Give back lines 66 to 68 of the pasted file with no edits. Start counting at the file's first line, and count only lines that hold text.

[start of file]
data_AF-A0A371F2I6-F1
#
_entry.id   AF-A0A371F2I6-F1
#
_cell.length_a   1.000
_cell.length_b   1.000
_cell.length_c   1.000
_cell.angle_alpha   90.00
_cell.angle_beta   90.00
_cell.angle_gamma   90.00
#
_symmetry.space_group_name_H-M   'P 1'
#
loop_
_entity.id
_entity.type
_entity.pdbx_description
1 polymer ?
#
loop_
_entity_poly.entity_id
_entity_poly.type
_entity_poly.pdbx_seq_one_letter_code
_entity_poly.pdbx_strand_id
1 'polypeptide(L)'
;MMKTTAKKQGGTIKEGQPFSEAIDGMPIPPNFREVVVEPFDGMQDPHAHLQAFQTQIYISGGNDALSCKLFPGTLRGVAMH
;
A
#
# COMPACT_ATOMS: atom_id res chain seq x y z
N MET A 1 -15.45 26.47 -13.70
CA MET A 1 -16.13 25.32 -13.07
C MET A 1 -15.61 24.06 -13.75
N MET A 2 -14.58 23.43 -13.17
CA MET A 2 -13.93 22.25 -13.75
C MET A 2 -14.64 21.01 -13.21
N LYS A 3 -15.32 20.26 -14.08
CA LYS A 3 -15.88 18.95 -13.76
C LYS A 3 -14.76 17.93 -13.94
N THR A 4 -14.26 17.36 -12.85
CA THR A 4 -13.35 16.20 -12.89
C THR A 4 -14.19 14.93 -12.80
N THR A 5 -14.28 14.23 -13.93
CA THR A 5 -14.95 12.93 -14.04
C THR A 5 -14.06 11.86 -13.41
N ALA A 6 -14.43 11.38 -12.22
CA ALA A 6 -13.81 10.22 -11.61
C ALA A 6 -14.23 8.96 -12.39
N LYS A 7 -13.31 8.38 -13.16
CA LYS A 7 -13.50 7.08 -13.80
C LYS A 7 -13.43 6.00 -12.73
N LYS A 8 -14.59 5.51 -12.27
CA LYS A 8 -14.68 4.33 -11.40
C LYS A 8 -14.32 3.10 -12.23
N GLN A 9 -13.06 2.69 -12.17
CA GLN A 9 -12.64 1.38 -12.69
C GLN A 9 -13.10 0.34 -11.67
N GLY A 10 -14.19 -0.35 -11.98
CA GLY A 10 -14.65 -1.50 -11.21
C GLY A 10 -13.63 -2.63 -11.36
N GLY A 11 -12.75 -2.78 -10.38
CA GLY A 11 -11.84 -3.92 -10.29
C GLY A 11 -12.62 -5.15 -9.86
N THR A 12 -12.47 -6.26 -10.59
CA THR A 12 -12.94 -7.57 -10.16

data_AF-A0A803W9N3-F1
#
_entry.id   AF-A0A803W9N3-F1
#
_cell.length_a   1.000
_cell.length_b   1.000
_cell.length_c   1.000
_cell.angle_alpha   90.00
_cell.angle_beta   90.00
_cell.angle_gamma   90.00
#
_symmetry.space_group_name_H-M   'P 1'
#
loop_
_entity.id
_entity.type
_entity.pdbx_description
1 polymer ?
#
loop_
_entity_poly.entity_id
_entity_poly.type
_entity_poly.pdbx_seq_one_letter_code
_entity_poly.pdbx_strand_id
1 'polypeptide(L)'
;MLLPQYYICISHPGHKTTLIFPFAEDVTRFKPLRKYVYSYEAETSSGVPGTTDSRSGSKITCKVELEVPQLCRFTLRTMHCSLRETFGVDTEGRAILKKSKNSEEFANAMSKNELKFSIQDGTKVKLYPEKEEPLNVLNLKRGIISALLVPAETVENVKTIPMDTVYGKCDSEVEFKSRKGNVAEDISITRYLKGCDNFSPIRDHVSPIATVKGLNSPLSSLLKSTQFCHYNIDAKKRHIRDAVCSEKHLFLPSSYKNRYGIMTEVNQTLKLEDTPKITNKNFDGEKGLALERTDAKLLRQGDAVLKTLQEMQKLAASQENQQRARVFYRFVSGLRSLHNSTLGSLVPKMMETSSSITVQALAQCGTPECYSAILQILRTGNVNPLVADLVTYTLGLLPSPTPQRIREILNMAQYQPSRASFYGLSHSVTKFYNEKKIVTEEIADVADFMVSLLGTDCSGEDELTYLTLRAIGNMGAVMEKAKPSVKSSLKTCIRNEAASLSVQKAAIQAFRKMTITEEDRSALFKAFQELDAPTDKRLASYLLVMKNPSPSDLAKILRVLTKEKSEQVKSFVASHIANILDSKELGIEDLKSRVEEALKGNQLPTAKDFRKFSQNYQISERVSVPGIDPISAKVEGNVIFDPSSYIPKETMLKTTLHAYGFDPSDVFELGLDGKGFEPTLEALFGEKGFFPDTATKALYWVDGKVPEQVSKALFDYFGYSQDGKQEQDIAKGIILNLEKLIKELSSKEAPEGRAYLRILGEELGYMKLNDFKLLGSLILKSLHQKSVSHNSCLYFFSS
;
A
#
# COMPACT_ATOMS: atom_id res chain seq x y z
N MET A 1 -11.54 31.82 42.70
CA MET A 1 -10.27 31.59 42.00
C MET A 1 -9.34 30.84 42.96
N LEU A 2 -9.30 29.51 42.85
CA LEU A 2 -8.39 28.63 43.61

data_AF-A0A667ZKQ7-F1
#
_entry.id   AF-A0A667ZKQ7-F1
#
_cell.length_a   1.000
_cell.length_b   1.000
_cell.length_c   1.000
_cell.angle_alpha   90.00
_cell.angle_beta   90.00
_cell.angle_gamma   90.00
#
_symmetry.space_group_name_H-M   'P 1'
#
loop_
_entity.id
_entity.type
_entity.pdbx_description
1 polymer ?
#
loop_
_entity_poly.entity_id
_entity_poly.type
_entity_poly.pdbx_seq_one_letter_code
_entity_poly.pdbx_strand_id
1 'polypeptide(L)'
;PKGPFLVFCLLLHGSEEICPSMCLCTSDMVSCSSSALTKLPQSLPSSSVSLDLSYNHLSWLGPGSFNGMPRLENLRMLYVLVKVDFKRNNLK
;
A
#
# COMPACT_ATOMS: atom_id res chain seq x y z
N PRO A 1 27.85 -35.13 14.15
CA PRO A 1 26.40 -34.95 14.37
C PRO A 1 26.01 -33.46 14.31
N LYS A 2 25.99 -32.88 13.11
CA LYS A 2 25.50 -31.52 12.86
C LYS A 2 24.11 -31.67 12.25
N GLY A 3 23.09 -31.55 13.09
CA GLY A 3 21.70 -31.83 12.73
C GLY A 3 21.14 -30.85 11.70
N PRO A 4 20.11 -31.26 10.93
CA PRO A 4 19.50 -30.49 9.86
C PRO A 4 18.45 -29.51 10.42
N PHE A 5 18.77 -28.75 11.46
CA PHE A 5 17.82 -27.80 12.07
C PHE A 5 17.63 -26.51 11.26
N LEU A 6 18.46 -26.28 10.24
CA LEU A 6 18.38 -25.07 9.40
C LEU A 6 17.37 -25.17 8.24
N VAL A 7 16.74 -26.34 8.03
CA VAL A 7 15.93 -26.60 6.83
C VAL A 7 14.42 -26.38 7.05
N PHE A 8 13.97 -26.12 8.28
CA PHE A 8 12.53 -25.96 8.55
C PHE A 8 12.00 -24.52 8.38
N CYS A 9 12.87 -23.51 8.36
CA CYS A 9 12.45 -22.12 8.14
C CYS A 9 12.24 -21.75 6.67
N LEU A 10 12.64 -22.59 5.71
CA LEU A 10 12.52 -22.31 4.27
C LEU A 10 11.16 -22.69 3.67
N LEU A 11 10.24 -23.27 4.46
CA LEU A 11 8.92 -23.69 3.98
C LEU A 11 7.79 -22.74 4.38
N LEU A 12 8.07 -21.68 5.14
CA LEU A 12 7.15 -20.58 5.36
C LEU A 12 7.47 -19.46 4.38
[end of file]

data_AF-A0A803W9N3-F1
#
_entry.id   AF-A0A803W9N3-F1